So how do Merkle trees work?

Well, the unique Bitcoin transaction id, which is actually a hash created by hashing the transaction information together, looks like this:
cf92a7990dbae2a503184d6926be77fc85e9a9275f4222064ee78eeb251d36b2

And if you combine (concatenate) two transaction ids back to back:
cf92a7990dbae2a503184d6926be77fc85e9a9275f4222064ee78eeb2 51d36b2d8f4744017dc79f8df24e2dba7fd28e5fd148c3b01b5f76dede8ef3ac4e5c340

That combined data can be hashed together (using the SHA-256 method) into the following hash:
474a1d00a80dd927ba87404371c11c7db24bc58b0a712ffacdb09a47dc1bec89

Instead 512-bits of data for both transactions, the hash is 256-bits of data.

Now lets adapt this logic to colours. Each colour is represented in the same hexadecimal format as a hash, it’s just that a 256-bit hash is more than 10 times longer than a 24-bit colour.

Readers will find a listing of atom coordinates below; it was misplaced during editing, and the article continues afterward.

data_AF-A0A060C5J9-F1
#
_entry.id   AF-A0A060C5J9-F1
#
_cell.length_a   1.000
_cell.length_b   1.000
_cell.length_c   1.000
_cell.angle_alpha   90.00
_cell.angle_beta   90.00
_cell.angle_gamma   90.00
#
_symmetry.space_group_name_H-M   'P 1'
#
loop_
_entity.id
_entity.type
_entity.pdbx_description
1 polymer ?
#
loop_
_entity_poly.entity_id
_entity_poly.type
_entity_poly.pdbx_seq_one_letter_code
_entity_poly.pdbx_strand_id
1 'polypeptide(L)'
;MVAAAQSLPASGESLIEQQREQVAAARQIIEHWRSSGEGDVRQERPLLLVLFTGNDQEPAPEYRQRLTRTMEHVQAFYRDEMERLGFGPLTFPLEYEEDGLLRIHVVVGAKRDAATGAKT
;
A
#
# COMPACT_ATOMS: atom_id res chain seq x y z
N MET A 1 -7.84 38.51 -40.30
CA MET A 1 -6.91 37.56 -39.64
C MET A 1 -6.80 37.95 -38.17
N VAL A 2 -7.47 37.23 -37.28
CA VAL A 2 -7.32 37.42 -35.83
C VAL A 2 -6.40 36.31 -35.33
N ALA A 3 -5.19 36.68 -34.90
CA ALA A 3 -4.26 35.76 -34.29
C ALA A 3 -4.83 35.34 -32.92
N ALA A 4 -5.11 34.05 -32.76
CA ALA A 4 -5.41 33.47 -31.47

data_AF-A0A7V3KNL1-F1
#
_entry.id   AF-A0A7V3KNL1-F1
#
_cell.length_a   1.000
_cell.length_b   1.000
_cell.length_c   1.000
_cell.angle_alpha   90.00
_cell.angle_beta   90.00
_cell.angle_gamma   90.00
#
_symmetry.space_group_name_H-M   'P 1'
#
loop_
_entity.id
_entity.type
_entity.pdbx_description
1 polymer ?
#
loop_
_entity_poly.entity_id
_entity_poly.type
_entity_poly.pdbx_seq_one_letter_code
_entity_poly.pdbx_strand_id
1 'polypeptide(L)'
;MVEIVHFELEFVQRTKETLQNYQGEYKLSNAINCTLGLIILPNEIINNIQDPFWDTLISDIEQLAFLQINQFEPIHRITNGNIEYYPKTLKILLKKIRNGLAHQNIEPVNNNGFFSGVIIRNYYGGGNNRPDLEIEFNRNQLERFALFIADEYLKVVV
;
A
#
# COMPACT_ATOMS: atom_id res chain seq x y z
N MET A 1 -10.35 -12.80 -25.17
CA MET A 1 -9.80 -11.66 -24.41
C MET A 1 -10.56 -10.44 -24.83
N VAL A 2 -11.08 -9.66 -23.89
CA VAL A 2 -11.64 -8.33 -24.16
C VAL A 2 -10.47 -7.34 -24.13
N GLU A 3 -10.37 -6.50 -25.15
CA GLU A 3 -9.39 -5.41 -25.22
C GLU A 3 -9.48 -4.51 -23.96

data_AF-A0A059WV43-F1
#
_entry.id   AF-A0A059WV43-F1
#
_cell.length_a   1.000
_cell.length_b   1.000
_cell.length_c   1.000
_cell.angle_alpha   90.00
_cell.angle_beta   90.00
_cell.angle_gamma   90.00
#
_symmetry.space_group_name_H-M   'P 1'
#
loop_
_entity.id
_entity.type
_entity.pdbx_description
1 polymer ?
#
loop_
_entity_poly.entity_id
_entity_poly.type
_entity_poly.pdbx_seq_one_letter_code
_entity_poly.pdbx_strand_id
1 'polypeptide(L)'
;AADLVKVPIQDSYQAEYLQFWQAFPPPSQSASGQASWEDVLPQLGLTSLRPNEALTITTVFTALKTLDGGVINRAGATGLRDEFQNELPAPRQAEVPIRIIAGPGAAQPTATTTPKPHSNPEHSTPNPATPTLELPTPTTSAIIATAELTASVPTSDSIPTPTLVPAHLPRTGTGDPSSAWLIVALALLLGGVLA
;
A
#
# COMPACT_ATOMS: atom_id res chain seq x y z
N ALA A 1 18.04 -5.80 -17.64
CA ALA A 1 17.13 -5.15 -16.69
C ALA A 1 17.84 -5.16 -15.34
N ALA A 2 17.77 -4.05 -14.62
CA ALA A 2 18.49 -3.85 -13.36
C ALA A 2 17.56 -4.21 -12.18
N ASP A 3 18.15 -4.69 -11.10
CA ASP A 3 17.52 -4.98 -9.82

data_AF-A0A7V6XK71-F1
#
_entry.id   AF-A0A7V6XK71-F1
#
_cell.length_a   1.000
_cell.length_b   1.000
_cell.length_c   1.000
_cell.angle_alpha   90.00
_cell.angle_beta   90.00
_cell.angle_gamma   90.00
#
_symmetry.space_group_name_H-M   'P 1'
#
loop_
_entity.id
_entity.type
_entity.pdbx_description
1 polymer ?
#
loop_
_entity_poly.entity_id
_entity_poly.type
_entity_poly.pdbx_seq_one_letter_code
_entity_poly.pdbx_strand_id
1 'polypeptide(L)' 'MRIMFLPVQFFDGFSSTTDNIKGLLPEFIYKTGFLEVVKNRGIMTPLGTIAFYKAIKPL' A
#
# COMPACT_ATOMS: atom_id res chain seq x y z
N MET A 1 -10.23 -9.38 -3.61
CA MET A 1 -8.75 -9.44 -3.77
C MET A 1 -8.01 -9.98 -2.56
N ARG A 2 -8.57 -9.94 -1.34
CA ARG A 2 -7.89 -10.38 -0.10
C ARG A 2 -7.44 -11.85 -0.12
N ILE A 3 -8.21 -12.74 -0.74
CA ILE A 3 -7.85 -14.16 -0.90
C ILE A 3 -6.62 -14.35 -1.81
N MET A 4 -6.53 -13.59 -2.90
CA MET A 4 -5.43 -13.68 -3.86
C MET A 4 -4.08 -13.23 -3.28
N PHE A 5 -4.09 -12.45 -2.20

As an example, red is #ff0000, blue is #0000ff.

If we combine those colours together we get #800080.

Instead of 48-bits of data for both colours, the combined colour is 24-bits of data.

A Merkle tree is basically a process by which pairs of hashes are merged together, until you end up with just one, the root. This is best demonstrated with colours in the image below (click it to open).

Merkcolour tree

In the image, we start with 16 different colours (labelled A to P) – these are the leaves. Each colour has been paired with a neighbour and combined together to create a branch. This process is repeated as many times as necessary until you end up with one final colour – the root.

Now, the colour (leaf) we’ve labelled I in the diagram is #ff0000.

If, instead of creating a tree, I simply hashed all the colours together the outcome would be as follows:
#000064#007777#007700#777777 #1f1fff#5cffff#47ff48#ffffff #ff0000#770000#f07000#614600 #ff21b5#ff1f1f#ffff00#d7c880

Hashes (using the MD5 method) to: